Bitcoin and cryptocurrencies are at a tipping point as two rival major world powers – the U.S. and Russia – both appear to be moving towards state acceptance of digital money, according to Nigel Green, CEO of financial giant deVere Group.
The Biden administration is preparing an executive order for release as early as next month to set out a comprehensive government strategy on cryptocurrencies.
Meanwhile, Russian President Vladimir Putin is backing his government’s proposal to promote Bitcoin mining in the country through clear taxation and regulatory measures.
“We need to regulate, not ban,” said the director of the financial policy department of the Russian Ministry of Finance, Ivan Chebeskov.
Elsewhere, the UK’s former Health Secretary during the pandemic, Matt Hancock, wrote in CityAM: “The mainstream arrival of cryptocurrencies is set to shake the foundations of banking… the centuries-old idea you need a bank to make a payment is coming to an end.”
Nigel Green explained that, “two rival world powers, the U.S. and Russia, are both now seemingly scrambling to beat each other in the move towards accepting and regulating Bitcoin and cryptocurrencies at a federal level.
“Whilst they remain fundamentally politically and ideologically opposed, both Washington and Moscow appear to be coming to the same consensus that in a digital age, traditional fiat currencies are on borrowed time and have been for a while.”
Future inevitably digital
He added that despite currently having the world’s reserve currency, it seems the U.S. knows the future is inevitably digital.
“This would explain why Joe Biden is rushing a directive that would place the White House in a central role overseeing plans to set policies and regulate digital assets.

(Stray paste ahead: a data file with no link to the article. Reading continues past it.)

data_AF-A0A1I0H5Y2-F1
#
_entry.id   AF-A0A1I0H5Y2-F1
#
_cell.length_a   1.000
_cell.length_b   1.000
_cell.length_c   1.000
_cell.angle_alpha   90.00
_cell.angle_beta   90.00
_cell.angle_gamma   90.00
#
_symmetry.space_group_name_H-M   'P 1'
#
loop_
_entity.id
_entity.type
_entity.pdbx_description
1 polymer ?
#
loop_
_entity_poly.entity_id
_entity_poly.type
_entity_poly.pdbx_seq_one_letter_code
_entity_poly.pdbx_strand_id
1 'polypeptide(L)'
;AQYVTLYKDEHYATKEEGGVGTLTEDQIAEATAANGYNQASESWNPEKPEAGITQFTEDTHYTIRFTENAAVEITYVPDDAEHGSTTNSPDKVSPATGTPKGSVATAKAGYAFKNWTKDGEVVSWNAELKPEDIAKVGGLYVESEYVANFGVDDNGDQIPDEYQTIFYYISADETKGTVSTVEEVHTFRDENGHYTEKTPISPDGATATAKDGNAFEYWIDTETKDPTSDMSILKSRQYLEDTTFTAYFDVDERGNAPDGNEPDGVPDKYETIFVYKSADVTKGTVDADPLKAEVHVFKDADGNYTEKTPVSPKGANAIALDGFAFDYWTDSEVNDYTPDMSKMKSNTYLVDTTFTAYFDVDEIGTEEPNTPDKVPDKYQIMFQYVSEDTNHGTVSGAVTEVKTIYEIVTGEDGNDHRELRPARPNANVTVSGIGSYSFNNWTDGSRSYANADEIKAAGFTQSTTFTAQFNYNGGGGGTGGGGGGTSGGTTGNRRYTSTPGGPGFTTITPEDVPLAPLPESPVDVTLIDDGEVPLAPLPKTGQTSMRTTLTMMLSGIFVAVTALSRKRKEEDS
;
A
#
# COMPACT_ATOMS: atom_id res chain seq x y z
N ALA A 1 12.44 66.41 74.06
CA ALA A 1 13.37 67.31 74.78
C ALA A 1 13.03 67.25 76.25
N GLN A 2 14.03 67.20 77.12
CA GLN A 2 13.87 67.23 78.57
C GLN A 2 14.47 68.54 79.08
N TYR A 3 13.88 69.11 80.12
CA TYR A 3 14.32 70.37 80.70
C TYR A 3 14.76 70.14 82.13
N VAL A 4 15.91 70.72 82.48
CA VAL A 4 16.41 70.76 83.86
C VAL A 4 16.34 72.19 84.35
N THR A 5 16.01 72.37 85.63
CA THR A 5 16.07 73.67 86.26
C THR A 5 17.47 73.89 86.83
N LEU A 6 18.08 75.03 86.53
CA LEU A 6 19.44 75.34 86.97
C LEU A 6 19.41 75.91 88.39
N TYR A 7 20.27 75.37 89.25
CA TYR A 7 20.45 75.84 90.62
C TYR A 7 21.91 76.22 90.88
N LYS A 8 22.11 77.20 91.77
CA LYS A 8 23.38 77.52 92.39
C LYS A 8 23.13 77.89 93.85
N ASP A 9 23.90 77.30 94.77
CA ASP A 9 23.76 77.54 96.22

“For his part, Putin will appreciate the obvious advantages of cryptocurrencies for his country as they allow Russia to sidestep U.S. sanctions and circumnavigate the global SWIFT banking system that’s dominated by the U.S. central bank.”
The deVere chief executive said that Bitcoin and cryptocurrencies have already changed the way the world handles money, does business, makes transactions and manages assets.
“But it feels the market is now at a tipping point.”
It’s partly for this reason, earlier this week, the deVere CEO challenged the IMF’s demands for El Salvador to drop Bitcoin as legal tender.
“The IMF asking a pioneering sovereign nation to drop a future-focused financial policy that attempts to bring it out of financial instability and a reliance on another country’s currency shows the institution to be on the wrong side of history,” said Green.
“Bitcoin is the world’s largest digital currency –- and digital is the inevitable future of money. For the IMF not to recognise this is baffling.”
“There’s a sense that Bitcoin and crypto is headed towards a moment of critical mass, at which a new way of doing things crosses a threshold.”